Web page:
Buildings are major consumers of energy for heating and cooling. The number of buildings is growing rapidly with demand for energy. To reduce consumption, governments worldwide have implemented codes, standards, and building practices.
The Building Sustainability Index (BASIX) assessment tool estimates the operational energy consumption and GHG emissions from new residential developments based on information available at the building design stage. However, post-occupancy energy consumption can be different from the estimated figures at the design stage.
Sustainability assessment tools aim to promote high sustainability outcomes in residential buildings, ensuring less consumption of water, energy and less emission of greenhouse gases. However, existing literature often presents variations between the estimated outcomes from the assessment tools and actual outcomes after building occupation.
It has become increasingly important to study the urban heat island phenomenon due to the adverse effects on summertime cooling energy demand, air and water quality and most importantly, heat-related illness and mortality. The present article analyses the magnitude and the characteristics of the urban heat island in Sydney, Australia. Climatic data from six meteorological stations distributed around the greater Sydney region and covering a period of 10 years are used. It is found that both strong urban heat island (UHI) and oasis phenomena are developed.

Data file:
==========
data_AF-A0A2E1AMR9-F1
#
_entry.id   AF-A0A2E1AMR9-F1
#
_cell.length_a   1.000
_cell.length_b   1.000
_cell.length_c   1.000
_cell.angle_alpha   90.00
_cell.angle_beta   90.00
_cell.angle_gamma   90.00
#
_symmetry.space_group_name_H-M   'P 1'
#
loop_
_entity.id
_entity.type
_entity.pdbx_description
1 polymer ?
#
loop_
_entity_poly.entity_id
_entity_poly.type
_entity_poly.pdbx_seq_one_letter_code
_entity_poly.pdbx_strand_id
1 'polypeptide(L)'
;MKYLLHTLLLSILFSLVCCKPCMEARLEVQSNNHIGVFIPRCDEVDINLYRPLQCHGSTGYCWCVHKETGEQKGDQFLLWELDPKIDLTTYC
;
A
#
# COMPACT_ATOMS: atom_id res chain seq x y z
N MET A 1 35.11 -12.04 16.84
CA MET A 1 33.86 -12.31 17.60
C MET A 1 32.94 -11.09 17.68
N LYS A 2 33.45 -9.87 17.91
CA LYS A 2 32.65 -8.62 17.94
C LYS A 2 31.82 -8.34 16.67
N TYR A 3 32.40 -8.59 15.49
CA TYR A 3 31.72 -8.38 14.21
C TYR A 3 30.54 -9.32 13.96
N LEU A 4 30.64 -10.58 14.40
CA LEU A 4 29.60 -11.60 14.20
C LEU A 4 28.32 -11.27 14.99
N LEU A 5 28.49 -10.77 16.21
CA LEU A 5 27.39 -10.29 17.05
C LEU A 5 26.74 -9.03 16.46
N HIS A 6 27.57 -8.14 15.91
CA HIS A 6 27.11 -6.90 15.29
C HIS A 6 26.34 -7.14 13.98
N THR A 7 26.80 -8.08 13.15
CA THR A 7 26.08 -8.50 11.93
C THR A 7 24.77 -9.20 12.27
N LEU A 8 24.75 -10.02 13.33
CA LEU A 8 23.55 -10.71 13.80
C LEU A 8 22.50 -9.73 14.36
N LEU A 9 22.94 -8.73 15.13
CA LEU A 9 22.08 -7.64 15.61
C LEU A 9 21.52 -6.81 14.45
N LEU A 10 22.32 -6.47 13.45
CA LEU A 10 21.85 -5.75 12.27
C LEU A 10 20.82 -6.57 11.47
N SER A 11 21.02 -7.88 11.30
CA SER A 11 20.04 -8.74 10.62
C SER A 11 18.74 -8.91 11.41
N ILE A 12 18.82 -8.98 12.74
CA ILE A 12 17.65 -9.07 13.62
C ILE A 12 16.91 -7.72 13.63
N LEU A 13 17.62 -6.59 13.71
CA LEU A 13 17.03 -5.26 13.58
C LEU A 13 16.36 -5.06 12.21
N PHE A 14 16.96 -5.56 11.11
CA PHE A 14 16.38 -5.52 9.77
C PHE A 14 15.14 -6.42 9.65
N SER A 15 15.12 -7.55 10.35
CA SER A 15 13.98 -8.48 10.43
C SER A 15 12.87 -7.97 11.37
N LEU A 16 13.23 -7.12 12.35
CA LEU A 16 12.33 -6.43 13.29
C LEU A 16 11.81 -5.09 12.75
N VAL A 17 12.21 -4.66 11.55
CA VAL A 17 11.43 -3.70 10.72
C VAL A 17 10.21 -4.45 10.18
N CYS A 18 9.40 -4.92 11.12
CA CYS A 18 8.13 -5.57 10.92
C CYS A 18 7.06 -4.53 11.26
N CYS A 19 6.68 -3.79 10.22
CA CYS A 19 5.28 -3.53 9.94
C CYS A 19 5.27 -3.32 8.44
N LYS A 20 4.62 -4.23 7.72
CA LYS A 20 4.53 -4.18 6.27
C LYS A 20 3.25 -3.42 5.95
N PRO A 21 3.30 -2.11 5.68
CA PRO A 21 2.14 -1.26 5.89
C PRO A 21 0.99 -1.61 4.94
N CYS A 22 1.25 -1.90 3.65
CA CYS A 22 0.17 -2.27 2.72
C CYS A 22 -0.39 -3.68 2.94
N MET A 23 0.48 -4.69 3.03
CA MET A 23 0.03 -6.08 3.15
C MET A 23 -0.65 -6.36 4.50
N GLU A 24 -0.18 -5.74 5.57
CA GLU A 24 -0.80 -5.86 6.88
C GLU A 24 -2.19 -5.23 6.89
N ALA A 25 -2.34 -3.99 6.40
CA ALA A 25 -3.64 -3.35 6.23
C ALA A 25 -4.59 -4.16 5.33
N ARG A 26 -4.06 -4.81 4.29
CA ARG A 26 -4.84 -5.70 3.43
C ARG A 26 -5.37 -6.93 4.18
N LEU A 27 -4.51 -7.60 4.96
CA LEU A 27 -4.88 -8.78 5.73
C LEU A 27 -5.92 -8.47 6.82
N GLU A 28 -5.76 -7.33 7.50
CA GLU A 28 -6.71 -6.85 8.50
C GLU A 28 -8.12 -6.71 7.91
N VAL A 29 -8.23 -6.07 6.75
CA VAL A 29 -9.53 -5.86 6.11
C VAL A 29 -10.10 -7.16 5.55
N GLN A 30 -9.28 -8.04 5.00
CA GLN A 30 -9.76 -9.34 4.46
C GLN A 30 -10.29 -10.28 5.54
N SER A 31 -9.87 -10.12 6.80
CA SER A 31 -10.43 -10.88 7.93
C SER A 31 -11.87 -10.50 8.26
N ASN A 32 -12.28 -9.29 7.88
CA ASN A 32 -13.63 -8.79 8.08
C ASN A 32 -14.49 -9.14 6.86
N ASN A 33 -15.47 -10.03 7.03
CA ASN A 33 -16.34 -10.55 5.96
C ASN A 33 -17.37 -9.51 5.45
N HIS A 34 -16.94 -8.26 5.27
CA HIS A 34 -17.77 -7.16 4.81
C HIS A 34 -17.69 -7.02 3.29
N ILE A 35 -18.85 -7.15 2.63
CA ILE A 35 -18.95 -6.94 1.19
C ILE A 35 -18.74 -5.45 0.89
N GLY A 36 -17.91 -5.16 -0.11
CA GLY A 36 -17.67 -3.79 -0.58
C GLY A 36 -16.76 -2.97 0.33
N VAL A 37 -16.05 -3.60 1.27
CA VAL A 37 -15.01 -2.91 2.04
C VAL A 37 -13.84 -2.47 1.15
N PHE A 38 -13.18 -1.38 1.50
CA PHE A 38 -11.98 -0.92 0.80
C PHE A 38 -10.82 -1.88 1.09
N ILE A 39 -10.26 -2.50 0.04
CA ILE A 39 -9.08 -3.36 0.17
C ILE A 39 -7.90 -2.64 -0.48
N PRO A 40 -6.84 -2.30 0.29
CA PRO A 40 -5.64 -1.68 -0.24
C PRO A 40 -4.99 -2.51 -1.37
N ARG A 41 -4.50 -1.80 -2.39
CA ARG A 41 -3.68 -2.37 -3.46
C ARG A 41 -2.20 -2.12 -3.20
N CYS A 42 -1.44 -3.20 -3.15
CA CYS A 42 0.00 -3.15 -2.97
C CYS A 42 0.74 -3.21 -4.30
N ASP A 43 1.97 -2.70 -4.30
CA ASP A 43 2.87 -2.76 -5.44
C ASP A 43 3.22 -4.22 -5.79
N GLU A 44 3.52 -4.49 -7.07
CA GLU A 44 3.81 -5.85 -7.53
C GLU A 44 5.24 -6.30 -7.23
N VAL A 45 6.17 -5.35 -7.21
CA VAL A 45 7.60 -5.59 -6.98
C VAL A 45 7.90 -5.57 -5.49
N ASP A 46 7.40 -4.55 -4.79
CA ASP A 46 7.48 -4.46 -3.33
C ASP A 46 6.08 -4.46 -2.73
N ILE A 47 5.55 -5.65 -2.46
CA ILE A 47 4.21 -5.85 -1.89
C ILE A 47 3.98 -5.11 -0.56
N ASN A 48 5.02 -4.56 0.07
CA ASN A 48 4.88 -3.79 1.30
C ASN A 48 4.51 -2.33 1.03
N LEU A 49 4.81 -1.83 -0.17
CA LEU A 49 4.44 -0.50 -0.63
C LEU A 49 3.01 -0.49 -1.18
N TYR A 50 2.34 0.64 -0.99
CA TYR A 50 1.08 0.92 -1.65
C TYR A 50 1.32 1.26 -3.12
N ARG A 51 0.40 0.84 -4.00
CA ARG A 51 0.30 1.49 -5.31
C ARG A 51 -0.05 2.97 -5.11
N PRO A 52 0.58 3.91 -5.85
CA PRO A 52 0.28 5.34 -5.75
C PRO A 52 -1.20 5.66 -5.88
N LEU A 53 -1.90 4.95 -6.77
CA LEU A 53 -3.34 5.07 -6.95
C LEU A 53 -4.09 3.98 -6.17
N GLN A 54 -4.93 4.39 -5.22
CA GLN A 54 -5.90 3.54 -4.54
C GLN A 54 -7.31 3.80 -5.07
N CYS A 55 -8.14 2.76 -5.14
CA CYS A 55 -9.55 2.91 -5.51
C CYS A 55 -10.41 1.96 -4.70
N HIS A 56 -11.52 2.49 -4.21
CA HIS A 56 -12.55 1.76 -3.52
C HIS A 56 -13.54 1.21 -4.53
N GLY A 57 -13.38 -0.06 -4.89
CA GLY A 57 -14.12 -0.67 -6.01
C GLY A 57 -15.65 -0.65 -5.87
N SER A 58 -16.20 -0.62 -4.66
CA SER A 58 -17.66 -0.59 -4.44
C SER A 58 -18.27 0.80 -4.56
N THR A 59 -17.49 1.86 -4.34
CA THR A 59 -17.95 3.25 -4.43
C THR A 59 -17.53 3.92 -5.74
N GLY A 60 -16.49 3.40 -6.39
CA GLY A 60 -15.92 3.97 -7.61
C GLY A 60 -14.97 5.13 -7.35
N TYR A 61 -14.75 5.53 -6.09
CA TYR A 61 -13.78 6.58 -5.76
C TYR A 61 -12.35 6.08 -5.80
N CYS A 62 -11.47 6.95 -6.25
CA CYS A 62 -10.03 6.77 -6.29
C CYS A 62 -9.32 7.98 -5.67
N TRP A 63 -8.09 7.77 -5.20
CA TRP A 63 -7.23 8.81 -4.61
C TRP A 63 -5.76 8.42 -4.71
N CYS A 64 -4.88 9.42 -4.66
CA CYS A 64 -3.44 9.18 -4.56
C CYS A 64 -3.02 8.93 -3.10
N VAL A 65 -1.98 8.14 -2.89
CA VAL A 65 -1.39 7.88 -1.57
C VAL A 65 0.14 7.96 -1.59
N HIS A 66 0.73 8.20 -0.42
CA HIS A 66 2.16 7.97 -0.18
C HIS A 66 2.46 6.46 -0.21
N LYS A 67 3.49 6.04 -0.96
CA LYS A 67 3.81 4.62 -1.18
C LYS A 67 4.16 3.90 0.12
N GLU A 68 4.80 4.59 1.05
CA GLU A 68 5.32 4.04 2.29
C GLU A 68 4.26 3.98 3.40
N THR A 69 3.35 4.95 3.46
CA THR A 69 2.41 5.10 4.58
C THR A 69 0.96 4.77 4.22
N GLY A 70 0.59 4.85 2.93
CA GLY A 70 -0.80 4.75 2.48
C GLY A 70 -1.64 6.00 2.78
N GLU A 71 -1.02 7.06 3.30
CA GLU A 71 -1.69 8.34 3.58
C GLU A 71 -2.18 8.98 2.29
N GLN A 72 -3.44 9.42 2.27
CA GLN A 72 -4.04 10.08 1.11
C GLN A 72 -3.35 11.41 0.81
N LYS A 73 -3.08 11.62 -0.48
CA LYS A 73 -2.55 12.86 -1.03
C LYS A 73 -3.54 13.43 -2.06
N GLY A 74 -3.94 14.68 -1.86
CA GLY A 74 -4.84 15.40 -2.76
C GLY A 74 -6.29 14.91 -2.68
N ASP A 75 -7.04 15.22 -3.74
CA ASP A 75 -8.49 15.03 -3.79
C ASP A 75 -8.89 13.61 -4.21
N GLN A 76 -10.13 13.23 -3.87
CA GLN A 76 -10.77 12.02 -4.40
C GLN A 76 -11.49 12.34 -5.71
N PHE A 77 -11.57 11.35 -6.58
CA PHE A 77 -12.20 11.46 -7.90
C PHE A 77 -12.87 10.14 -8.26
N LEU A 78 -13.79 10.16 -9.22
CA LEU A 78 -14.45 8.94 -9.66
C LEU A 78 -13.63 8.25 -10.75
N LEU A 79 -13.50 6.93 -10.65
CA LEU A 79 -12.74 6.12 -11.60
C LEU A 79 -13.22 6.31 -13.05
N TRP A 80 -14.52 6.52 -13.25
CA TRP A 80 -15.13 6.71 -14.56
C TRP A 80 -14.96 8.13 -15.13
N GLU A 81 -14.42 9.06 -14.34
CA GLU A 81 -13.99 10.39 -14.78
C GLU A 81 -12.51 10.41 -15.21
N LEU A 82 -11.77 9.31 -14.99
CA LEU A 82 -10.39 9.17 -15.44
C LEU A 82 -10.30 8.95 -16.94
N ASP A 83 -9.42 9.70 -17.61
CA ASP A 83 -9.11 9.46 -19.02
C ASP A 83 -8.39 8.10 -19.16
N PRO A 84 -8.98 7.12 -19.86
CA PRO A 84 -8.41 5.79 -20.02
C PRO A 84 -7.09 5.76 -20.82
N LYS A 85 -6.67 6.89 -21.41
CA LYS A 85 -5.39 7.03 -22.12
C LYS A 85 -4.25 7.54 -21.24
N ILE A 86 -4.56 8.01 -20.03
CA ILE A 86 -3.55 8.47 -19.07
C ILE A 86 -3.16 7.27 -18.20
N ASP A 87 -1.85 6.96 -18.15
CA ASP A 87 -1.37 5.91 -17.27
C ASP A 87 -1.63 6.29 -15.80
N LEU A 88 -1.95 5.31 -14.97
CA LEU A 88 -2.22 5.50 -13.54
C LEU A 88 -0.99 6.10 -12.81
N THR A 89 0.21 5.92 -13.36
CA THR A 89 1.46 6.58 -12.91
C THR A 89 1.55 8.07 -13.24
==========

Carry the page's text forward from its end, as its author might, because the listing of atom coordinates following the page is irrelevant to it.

This strategy provides urban overheating mitigation recommendations to support the strategic planning of Sydney 2050 based on in-depth research conducted by the Cooperative Research Centre for Low Carbon Living (CRCLCL) and the University of New South Wales (UNSW).
This project was carried out by UNSW Sydney and Swinburne University in collaboration with government and industry partners. This report briefly outlines the achievements of the project, incorporating several previously published reports and case studies in addition to two new case studies in Parramatta and Macarthur Heights.
The main outcomes of the project include the following two online tools:
This report is a product of the collaborative research project ‘Validating and Improving the BASIX Assessment Tool for Low-Carbon Dwellings’. Initiated by the Cooperative Research Centre for Low Carbon Living, the University of New South Wales (UNSW) and the New South Wales Government, this project addresses the policy need for post-occupancy evaluation of the BASIX tool by measuring the actual energy consumption of BASIX-compliant dwellings.
This document provides a holistic and integrated sustainable development framework for the development of liveable, economically productive, socially inclusive and environmentally sustainable cities and communities in China. The framework identifies key objectives and principles to achieve urban sustainability and provides specific guidelines for implementation and performance assessment.
Local and global climate change increases the ambient temperature of cities by several degrees with important consequences on energy consumption, health and the economy. Advanced urban mitigation technologies contribute to decrease the ambient temperature and counterbalance the impact of urban heat islands. The present paper analyses and presents in a comparative way the mitigation potential of the known mitigation technologies using performance data from about 220 real scale urban rehabilitation projects.